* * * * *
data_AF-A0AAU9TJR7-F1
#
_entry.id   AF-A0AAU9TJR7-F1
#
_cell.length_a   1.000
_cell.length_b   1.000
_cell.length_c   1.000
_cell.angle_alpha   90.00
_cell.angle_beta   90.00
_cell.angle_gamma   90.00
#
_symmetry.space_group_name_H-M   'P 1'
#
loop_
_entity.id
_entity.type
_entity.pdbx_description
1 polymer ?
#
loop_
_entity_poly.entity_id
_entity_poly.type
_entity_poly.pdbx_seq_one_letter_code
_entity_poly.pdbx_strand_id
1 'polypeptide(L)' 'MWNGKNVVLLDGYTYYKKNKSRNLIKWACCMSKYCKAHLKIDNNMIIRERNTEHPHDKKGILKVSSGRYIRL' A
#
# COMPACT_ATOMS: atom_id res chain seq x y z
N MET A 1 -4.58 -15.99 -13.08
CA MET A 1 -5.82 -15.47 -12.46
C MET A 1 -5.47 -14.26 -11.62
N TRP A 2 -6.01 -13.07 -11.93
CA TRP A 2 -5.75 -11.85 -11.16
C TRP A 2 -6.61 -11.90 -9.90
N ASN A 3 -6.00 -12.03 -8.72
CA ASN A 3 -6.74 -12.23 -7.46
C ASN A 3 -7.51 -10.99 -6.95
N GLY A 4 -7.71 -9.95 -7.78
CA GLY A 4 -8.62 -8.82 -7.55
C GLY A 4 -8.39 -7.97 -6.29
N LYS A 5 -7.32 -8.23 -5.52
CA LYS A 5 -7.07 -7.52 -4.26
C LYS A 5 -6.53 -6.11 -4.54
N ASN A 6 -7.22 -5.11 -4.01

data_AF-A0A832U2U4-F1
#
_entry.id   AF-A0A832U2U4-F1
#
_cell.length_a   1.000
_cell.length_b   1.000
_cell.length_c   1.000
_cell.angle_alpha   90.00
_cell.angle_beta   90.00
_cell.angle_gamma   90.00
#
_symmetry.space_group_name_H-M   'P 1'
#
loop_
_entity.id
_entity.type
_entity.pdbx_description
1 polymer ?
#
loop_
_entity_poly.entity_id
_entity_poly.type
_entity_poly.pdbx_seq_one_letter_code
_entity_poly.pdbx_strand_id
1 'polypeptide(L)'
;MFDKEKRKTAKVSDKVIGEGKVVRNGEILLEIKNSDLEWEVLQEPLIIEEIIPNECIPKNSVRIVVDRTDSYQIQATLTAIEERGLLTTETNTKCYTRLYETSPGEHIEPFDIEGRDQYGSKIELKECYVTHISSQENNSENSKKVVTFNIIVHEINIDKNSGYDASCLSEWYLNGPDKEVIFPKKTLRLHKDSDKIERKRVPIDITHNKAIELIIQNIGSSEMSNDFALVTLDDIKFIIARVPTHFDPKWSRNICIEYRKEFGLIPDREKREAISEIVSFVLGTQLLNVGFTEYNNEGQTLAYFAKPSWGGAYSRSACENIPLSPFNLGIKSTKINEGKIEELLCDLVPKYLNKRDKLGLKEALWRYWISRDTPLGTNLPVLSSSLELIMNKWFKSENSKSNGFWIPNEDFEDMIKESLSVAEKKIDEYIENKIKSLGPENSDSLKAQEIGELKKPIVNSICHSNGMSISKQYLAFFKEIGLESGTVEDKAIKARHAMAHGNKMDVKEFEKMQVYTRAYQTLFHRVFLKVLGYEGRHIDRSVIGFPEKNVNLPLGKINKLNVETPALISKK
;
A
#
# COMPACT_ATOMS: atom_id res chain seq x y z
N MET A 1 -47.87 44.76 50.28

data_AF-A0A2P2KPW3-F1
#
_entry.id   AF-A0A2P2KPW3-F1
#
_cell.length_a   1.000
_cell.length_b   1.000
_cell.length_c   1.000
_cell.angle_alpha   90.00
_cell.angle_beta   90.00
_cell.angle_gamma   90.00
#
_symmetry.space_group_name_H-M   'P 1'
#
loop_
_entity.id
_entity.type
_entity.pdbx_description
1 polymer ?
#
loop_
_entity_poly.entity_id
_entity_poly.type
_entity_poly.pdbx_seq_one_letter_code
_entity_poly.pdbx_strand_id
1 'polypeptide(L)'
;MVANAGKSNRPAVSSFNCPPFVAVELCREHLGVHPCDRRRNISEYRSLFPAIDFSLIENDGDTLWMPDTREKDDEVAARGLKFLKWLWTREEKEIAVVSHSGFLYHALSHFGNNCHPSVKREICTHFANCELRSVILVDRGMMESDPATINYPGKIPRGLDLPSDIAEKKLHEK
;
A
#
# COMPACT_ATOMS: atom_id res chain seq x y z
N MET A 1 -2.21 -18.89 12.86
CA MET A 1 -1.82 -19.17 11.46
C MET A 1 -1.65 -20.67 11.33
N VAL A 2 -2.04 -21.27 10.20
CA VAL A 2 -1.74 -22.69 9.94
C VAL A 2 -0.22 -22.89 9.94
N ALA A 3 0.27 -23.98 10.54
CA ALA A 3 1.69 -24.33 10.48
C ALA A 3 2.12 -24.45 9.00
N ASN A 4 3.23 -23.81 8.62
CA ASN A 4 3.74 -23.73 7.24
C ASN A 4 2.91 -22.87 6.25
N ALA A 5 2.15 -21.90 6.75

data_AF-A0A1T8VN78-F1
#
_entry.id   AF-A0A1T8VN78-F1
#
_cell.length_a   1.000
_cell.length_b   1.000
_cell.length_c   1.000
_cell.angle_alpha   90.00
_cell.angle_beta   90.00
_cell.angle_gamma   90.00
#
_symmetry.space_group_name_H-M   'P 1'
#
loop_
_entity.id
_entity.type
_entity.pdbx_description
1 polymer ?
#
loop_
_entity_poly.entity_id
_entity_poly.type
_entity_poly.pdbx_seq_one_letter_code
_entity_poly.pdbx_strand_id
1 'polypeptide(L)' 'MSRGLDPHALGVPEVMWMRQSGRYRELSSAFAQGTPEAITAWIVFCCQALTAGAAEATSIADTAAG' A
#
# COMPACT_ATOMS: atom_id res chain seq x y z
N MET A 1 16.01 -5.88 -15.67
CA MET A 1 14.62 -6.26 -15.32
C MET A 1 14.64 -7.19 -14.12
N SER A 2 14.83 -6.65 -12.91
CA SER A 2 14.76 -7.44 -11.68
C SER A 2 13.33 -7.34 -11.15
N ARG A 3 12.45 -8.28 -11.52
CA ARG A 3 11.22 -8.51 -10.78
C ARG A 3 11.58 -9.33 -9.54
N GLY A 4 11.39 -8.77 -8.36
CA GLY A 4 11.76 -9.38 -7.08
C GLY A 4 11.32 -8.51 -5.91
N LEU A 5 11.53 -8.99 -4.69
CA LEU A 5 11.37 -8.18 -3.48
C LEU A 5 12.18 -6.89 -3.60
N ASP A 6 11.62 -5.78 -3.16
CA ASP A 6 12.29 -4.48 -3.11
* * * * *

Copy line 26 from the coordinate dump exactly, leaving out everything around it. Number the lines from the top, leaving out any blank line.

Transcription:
#